Commencement 2018Nearly 600 Receive Degrees

Vassar’s 154th Commencement formally welcomed 586 individuals into the Vassar alumnae/i family.

The ceremony included thoughtful, hopeful, and energizing comments from several speakers, including Heather McGhee, who delivered the Commencement address; President Elizabeth Bradley; Jasmine Raizel Basbas Martinez ’18; Danielle Katlin Winter ’18, Senior Class President; William Plapinger ’74, P’10, Chair of the Board of Trustees; Milbrey “Missie” Rennie Taylor ’68, President of the Alumnae and Alumni of Vassar College; and Jonathan Chenette, Dean of the Faculty.

With an overcast sky in the background, Commencement kicked off with opening remarks from President Bradley, who talked about what she’s learned during her first year at Vassar.

“Nearly everybody can agree on one thing: Vassar has been transformative for them,” she said.

The college is a place where people come face-to-face with people from many different worlds, and in some spaces, that leads to segregation or assimilation, Bradley said.

“We’re working on engaged pluralism, where we see others’ differences as a part of our own wholism,” she said, noting the Engaged Pluralism Initiative, which began at Vassar in 2017.

Martinez, President of the Southeast Asian Student Alliance, who presented the student gift—$9,864 for the Class of 2018 Scholarship Fund—encouraged her classmates to continue to give back to Vassar, so more first-generation, low-income students can benefit from the college’s education.

Senior Class President Danielle Katlin Winter ’18

“We, as a school, are committed to preserving diversity in thoughts, passions, and experiences. Ensuring that Vassar remains financially accessible plays a huge part in this commitment, and I urge our class to continue supporting this cause,” she said.

Winter referred to a significant moment in American history—the 1969 Apollo 11 moon landing—in her remarks. Action and intellect helped the crew—Neil Armstrong, Buzz Aldrin, and Michael Collins—overcome a frightening barrier to reentry. We live in similar dire times, she said, and called on her classmates to work together with their unique strengths and talents—much like the crew of Apollo 11. She quoted the benediction from the mission’s successful return to Earth.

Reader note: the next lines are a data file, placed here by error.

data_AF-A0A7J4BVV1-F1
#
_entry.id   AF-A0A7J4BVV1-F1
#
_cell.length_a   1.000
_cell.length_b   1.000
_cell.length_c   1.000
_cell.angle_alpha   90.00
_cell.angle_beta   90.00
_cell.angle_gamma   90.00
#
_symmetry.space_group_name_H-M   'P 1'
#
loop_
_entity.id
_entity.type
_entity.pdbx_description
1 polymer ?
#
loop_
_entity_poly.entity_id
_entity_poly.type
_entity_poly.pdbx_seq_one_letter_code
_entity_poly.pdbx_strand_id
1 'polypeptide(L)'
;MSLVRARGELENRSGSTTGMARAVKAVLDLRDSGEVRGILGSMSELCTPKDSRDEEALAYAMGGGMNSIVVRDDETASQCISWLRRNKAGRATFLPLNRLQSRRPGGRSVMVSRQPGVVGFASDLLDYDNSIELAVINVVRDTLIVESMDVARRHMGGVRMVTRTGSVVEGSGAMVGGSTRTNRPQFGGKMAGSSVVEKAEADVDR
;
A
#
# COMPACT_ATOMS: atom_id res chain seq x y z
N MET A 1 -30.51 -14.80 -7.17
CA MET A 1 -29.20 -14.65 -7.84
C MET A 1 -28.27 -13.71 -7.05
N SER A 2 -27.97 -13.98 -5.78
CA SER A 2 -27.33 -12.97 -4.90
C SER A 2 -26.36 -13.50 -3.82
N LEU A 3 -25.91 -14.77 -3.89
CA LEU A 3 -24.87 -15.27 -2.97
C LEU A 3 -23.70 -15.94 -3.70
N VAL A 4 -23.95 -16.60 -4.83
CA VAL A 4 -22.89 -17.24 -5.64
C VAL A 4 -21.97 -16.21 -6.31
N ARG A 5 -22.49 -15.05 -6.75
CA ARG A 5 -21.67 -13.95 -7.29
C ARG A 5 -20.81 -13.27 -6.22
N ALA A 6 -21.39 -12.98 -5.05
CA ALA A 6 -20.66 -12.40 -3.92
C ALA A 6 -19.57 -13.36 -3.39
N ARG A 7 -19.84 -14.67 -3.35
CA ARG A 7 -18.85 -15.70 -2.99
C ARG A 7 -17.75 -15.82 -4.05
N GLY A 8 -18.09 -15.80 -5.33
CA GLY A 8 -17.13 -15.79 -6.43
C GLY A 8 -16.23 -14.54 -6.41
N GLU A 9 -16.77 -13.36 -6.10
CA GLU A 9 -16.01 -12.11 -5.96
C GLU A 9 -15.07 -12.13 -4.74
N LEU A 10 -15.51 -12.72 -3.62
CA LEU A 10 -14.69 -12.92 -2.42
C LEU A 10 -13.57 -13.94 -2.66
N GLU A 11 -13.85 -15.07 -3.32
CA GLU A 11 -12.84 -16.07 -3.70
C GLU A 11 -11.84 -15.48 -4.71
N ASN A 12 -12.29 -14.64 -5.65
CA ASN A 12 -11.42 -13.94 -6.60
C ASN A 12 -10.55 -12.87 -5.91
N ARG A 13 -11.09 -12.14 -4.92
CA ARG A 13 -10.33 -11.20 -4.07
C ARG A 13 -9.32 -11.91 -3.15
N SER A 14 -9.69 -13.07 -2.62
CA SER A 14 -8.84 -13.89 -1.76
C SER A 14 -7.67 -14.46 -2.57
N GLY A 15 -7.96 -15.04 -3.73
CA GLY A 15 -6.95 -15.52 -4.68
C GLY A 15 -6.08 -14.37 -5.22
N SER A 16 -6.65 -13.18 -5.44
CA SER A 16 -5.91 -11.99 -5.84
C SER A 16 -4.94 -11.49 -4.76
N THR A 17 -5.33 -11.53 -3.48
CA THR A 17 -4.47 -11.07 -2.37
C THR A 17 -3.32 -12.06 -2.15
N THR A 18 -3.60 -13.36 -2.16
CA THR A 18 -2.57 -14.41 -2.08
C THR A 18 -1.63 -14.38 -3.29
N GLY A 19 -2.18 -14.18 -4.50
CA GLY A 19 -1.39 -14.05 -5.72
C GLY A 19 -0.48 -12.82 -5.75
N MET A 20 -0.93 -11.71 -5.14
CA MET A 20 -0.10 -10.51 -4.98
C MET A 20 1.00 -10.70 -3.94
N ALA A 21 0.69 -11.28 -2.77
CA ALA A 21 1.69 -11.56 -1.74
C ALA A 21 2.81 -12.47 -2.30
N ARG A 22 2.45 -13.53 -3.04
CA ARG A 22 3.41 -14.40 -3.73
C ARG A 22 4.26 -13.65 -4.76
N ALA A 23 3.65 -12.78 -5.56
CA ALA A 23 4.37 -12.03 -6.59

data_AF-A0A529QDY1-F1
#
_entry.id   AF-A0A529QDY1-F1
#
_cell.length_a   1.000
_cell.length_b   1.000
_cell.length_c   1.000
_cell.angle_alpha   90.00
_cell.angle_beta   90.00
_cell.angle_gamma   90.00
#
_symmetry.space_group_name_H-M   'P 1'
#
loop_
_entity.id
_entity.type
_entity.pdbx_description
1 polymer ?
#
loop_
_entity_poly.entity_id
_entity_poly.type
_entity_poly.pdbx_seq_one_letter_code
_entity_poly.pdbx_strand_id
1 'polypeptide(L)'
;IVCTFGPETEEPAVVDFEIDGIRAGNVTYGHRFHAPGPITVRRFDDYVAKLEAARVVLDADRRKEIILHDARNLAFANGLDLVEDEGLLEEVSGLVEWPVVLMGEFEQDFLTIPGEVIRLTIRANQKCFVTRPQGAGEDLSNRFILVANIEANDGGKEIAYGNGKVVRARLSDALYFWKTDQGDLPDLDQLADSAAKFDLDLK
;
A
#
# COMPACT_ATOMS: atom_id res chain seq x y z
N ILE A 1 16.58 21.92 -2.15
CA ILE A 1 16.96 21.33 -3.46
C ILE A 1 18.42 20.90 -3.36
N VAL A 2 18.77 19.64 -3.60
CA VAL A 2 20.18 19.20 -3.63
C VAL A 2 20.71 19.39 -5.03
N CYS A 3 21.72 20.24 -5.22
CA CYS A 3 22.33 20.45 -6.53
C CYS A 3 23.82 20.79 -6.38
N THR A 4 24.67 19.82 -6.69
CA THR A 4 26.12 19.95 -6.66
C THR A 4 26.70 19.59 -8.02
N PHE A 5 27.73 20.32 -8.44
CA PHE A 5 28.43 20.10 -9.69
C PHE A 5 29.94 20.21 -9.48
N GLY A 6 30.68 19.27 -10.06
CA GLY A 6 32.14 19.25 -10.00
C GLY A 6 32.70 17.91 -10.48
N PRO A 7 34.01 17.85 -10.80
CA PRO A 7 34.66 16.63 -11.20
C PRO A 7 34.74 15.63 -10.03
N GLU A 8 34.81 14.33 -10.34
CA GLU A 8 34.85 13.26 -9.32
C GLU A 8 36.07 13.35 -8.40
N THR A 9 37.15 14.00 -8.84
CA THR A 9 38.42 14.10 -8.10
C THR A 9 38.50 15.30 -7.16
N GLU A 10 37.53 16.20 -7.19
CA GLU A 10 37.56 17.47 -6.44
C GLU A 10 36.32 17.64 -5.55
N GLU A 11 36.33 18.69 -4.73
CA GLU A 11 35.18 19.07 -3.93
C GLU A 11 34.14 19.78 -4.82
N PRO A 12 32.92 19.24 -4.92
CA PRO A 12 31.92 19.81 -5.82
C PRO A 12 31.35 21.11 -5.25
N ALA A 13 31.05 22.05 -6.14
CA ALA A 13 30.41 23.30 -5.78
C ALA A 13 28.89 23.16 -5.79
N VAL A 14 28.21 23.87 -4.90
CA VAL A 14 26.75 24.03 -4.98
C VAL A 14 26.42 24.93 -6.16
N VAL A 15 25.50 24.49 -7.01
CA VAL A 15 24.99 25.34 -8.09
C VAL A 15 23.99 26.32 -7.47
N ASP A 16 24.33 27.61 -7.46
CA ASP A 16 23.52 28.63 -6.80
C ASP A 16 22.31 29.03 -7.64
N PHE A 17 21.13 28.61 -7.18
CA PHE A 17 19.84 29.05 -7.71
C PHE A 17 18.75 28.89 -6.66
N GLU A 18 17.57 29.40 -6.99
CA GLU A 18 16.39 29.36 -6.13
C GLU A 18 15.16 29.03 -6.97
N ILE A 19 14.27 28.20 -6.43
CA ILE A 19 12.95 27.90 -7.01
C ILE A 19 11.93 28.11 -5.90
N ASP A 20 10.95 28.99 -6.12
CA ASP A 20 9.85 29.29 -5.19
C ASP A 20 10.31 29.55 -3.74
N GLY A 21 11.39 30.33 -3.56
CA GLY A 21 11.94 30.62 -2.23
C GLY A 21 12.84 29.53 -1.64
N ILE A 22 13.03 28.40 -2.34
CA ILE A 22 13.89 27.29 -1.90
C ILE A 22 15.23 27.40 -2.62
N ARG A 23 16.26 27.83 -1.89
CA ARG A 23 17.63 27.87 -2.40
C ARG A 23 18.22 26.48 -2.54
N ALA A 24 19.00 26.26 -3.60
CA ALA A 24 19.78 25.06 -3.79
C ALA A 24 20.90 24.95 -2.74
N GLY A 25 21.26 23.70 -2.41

“Speed our enthusiasm and bless our joy with dedicated purpose for the many needs at hand. Link us in friendship as we strive together to better human conditions.”

Plapinger, who is serving his last year as Chair of the Board of Trustees, talked about Vassar’s mission to educate, noting that education is the best path toward economic and social well-being and the best way to address inequality.

“We know that while talent is evenly distributed among our fellow citizens and around the globe, opportunity is not. Vassar seeks to reduce that inequity,” Plapinger said.

Taylor compared today to the tumultuous ’60s, citing the backdrops of the Vietnam War, the civil rights movement, and the assassinations of national leaders. While there is certainly strife and work ahead, she noted, she urged students to reflect on what they have gained from their time at Vassar. 

“We all walked out of here with our wonderful Vassar education, our deep connections to faculty, and our friends for a lifetime,” Taylor said.

 

 

Commencement speaker Heather McGhee, President of Demos, a public policy organization.

The final speech of Commencement, on what it means to be an American, received a passionate round of applause. McGhee examined the early years of the nation, when American was defined as “white,” and called on the class of 2018 to define American anew. 

“I believe that if there is such a thing as American exceptionalism, our gorgeous diversity is its source, and your generation will be the one to finally reap the benefits of that, to enjoy the alchemy that’s created when people of different backgrounds join together to make a place better—more welcoming, more fair, more human—than they found it.”

A Festive “Prequel” to Commencement 

The campus was abuzz with activities the day before Commencement.  

Those who had risen to academic distinction were honored during the Awarding of the Prizes on Saturday morning. As is tradition, the day before Commencement, alumnae/i of Asian and Pacific descent presented seniors with a red satin stole and black alumnae/i bestowed seniors with traditional kente cloth to wear over their graduation robes. Members of Vassar’s Posse Veterans Program also celebrated their achievements.

But the fun didn’t stop there. Seniors were fêted by President Bradley, had a champagne reception, attended a celebratory bonfire, and more. 

This year, the Baccalaureate address was delivered by Feminista Jones (aka Michelle Taylor), social worker, activist, author, and recipient of a Black Weblog Award for Outstanding Online Activism. “Life is about to get real,” she told seniors, as they prepared to step into the world beyond Main Gate. But she urged them not to shy away from challenges that frighten them because they fear failure. “Go back to the person you were when you did not fear disappointing others,” she said. Jones contended that true “failure” is a refusal to learn from mistakes that one will inevitably make in life.

Two awards were bestowed during the ceremony. Facilities Operations employee Evegene Lawson was honored with the J-Task Award and Paula Williams Madison ’74 received the Class of 1991 Alumnae/i Award for her enduring concern for and support of students of color.

Read Commencement speeches here.